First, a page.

Using Trade Books in the Classroom!

“How do you fit time into your school day to read trade books when you teach in a test-preparation environment?”



by Kimberley Griffiths Little with her amazing sister Kirsten Werk, a teacher in the Bay Area of California.

Let’s face it; teachers are feeling pressure to bring up test scores more than ever before. In some districts, the curriculum you have to teach is scripted every moment of your day. How do you possibly fit in trade books? Here are a few very easy ideas:

1.  SSR/DEAR Time: Students should have time to choose what they want to read-even if it’s only for 10 minutes a day. Here are some ideas to help teach reading strategies while they’re reading.

a. Have your students fill out a chart for every book they read giving the title, genre, problem, solution, and theme. For non-fiction books, they can write down the main idea and a few of their favorite details. This is an easy way to practice the very same concepts students need to identify on standardized tests.

b. Students are always more excited about a trade book when the teacher recommends it. Highlight a Book of the Week and take 10 minutes to introduce a new book.

c. Can’t find 10 minutes? Use the last 10 minutes of class while you pass out homework. Students can be quietly reading during this time. Or tighten up your transition times using a timer to gain an extra 10 minutes a day.

2.      Read aloud every day to your students. Here are ways to make it more productive:

a.  Never read aloud without asking something from your students in return. Children can listen for a purpose and respond in a “Reading Response” journal. Have the students write about the main idea, three things they learned about a character or the setting or problem, make an inference, compare and contrast, or write about the author’s purpose. Mix it up! Have them draw pictures in their Journals instead of writing.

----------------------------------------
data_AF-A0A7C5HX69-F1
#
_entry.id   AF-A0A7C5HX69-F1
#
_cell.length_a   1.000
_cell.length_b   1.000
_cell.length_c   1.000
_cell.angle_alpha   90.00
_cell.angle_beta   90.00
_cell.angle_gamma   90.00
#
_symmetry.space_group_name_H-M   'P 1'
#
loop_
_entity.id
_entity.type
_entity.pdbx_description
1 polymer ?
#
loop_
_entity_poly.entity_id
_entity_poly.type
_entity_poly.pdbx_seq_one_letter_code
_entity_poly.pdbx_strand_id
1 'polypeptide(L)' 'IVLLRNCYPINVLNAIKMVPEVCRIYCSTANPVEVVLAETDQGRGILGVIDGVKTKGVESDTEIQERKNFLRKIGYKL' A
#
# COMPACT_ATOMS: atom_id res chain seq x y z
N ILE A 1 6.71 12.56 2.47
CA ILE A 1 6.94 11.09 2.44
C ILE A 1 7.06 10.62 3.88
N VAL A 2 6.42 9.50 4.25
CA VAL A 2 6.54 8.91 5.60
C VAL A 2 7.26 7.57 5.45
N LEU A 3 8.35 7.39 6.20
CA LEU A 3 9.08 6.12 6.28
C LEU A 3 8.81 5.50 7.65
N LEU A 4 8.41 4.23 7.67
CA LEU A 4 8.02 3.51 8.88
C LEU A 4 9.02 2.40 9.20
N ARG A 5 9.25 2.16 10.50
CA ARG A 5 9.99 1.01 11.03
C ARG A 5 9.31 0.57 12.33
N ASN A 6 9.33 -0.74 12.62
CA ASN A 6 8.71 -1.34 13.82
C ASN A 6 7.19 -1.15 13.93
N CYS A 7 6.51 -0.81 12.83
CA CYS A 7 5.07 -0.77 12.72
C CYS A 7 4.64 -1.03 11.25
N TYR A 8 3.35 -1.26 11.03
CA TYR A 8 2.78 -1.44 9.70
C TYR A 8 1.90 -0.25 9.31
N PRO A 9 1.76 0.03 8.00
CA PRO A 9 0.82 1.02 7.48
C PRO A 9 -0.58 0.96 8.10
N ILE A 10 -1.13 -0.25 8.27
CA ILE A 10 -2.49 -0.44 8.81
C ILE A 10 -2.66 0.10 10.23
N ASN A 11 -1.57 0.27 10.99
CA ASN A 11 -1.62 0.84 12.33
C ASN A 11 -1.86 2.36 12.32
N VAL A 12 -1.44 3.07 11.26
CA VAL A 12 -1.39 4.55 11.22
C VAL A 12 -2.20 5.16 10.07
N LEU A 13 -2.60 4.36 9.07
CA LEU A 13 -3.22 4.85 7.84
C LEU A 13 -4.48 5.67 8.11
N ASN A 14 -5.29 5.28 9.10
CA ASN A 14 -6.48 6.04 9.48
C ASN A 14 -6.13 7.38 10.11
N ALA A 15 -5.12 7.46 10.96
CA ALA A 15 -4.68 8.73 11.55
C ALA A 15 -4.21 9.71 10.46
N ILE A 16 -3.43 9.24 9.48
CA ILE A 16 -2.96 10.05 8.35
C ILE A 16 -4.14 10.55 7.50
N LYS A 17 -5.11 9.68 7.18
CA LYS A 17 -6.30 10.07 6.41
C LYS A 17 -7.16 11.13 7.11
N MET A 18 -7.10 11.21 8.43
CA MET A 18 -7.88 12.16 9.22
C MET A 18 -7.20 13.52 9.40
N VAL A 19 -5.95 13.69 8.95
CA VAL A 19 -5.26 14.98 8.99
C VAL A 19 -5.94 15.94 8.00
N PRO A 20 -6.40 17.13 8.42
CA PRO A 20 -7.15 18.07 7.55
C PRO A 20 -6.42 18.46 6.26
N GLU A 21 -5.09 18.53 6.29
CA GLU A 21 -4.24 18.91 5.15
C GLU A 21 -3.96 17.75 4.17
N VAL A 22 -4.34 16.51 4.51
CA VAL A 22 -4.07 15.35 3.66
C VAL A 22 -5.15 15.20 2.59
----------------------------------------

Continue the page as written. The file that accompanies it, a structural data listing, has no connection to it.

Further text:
b.  Read from a variety of genres. Track the books you read aloud (and the books they read on their own) on a classroom chart that shows the title of each book, the genre, the characters, problem, solution, and setting, theme, author’s purpose and/or point of view. Each of these is a skill needed on standardized tests.

c.  Look at your grade level standards for the reading strategies that students will be tested on. Then pick books that have one of those reading strategies strongly identified in the book. Make their response be one where they practice your pre-determined reading strategy. Here are some examples:


USING INFERENCES: Read The Keeping Quilt by Patricia Palocco. On a “Character Study Chart” have the headings: Character’s Name, What he/she says, What he/she does, What I can Tell. Identify a character, such as the grandmother. From a page in the story, write down in the boxes on the chart what the grandmother says and does, and then ask the students how they think the grandmother feels or what she thinks.
AUTHOR’S VIEWPOINT: In the book Tuck Everlasting by Natalie Babbitt, the author has a clear viewpoint about whether living forever is a good thing or not. Similar to the “Character Study Chart”, have the students identify the author’s point of view and back it up with examples from the book. Then have them share/write their own opinion and back it up with evidence/examples.